Court-challenges, vote-rigging and violence in the battle for ANC power
Leadership disputes have ended up in court in three of the nine provinces - KwaZulu-Natal, the Free State and North West -- while the party’s national officials stepped in to avert a lawsuit challenging the outcome of its internal election in the Eastern Cape province
Court challenges, allegations of vote rigging and outbreaks of violence - South Africa’s ruling party is in disarray less than three weeks before it’s scheduled to choose a new leader to replace President Jacob Zuma.
The struggle for power has spawned such disorder that some analysts question whether the African National Congress can hold a credible election at the Dec. 16-20 conference in Johannesburg in what’s shaping up to be the most hotly contested internal vote since Nelson Mandela led the party to power in 1994.
Leadership disputes have ended up in court in three of the nine provinces -- KwaZulu-Natal, the Free State and North West - while the party’s national officials stepped in to avert a lawsuit challenging the outcome of its internal election in the Eastern Cape province.
“If all these legal disputes are not sorted out by the time the conference takes place, they will be transferred to the conference itself,” said Mpumelelo Mkhabela, a political analyst at the University of Pretoria’s Center of Governance Innovation. “There is a risk that after the conference, some people challenge its legality and the decisions that have been taken.”
Seven candidates are vying to replace Zuma as ANC leader and become the party’s presidential candidate in 2019. Only Deputy President Cyril Ramaphosa and Nkosazana Dlamini-Zuma, the former chairwoman of the African Union Commission and Zuma’s ex-wife, appear to have a realistic chance of winning.
Most party branches in the Northern Cape and Western Cape nominated Ramaphosa for the post, while Dlamini-Zuma received overwhelming backing in the Free State. The other six provinces will announce their preferences over the next few days.
On Wednesday, the high court in Bloemfontein in the Free State ordered that the province’s conference, which was due to take place this weekend, can’t be held until 29 branch meetings are rerun. The court said 29 of these meetings were irregular and unconstitutional.
Unofficial branch-nomination tallies obtained by Bloomberg, the Johannesburg-based Mail & Guardian newspaper and the Institute of Race Relations show Ramaphosa with the edge in the race, but the numbers aren’t conclusive. Some bigger branches are entitled to send more than one delegate to the conference, and there’s no guarantee they’ll vote as they were instructed. Branch delegates will account for 90 percent of the conference’s 5,240 total.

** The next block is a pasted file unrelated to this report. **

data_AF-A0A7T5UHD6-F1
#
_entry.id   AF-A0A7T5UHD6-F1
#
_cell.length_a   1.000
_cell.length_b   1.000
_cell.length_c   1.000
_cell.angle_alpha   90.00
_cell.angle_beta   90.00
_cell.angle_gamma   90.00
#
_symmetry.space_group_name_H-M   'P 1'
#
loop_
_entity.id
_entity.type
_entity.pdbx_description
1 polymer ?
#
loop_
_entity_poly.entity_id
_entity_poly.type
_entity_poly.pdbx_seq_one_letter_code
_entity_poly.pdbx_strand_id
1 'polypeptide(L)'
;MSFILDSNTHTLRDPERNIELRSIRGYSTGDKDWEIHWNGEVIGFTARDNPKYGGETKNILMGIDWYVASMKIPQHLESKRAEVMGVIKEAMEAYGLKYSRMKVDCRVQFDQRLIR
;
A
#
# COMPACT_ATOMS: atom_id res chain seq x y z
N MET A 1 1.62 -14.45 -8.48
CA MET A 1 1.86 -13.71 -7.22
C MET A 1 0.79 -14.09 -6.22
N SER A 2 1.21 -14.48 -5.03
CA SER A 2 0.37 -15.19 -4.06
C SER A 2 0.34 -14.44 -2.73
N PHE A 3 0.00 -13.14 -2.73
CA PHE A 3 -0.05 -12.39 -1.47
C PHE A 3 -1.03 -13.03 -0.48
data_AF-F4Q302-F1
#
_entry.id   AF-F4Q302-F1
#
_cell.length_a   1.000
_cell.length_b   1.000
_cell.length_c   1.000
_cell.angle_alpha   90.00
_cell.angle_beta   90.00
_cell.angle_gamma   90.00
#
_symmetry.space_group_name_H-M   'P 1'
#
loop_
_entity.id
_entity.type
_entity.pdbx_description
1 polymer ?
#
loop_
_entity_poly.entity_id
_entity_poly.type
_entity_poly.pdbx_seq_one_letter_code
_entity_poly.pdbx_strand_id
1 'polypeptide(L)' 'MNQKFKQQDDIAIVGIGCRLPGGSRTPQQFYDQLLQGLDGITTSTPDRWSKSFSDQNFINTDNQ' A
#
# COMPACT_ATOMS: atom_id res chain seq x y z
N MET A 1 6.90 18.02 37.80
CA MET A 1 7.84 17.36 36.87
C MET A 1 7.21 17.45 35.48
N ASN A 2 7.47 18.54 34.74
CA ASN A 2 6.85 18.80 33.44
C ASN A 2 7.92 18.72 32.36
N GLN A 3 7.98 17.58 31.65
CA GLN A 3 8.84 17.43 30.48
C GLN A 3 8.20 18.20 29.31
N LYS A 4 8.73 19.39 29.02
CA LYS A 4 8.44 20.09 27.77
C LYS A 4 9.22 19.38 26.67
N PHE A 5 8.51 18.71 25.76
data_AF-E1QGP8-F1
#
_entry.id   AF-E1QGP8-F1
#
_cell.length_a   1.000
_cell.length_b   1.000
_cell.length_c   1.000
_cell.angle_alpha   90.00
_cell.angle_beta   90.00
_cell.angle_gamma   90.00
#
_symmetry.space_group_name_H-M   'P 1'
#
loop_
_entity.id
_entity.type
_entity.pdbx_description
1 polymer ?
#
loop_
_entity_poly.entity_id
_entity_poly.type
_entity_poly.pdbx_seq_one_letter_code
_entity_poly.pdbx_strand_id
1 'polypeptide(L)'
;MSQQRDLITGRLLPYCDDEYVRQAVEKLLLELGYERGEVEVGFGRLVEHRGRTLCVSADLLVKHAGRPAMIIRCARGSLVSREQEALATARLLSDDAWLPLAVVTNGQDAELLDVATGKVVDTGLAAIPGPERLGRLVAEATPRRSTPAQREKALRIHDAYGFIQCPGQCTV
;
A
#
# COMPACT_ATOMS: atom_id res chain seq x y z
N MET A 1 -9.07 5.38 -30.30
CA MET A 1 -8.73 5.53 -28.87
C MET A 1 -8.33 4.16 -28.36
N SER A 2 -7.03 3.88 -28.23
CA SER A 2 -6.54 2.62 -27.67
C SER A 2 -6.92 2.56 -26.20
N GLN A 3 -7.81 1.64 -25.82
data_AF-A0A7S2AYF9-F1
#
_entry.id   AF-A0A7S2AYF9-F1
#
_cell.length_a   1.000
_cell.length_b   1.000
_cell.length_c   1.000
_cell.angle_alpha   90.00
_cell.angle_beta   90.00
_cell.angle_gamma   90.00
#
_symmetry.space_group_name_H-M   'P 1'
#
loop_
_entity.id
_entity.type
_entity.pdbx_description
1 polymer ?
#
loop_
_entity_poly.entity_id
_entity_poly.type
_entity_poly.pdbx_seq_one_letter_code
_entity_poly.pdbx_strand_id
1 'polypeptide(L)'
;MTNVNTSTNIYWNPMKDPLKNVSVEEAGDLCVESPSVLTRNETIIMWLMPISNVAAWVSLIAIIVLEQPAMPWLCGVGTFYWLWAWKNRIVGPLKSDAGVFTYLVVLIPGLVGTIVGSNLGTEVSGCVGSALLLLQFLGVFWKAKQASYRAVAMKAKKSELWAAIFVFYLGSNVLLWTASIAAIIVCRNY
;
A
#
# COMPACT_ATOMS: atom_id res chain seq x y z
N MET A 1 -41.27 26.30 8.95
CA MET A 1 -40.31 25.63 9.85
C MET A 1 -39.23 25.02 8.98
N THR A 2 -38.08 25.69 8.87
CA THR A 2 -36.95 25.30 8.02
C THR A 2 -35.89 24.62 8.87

The electoral process will probably be disputed if the official branch-nomination results show that Ramaphosa commanded a decisive lead and Dlamini-Zuma, Zuma’s preferred candidate, still wins the top post, said Darias Jonker, an Africa analyst at risk-advisory firm Eurasia Group.
“The likelihood of disruptions and delays at the conference is growing,” Jonker said by email. If there is a dispute, the conference could be suspended until the first quarter of 2018, he said.
ANC Secretary-General Gwede Mantashe insists the conference will go ahead as planned and the election will run smoothly.
“If there are court cases we will deal with them,” Mantashe told reporters in Pretoria, the capital, on Nov. 14. “We can’t plan the national conference on the basis of court cases. It must be a success. Anything that detracts us from succeeding, we will deal with it.”
Postponing the conference may leave Zuma as ANC president at a time when his administration has been rocked by repeated scandals and unnerve investors who want greater political and policy clarity. A delay would also heighten the risk of further downgrades to the country’s credit rating and place pressure on the rand and the nation’s bonds.
Zuma’s continued presence in office may undermine the ANC’s preparations for the 2019 elections. Disgruntlement with his rule saw support for the party fall to an all-time low of 54 percent in last year’s municipal elections. That allowed opposition coalitions to win control of Pretoria and the economic hub of Johannesburg in Gauteng, the nation’s richest province.
Given the bitter divisions, the ANC may struggle to pick a leadership that can unify the party and reconnect with voters.
“There is a risk that the conference won’t be credible,” Ongama Mtimka, a political science lecturer at the Nelson Mandela Metropolitan University in the southern city of Port Elizabeth, said by phone. “It’s not certain that the loser will accept the outcome and remain within in the ANC.”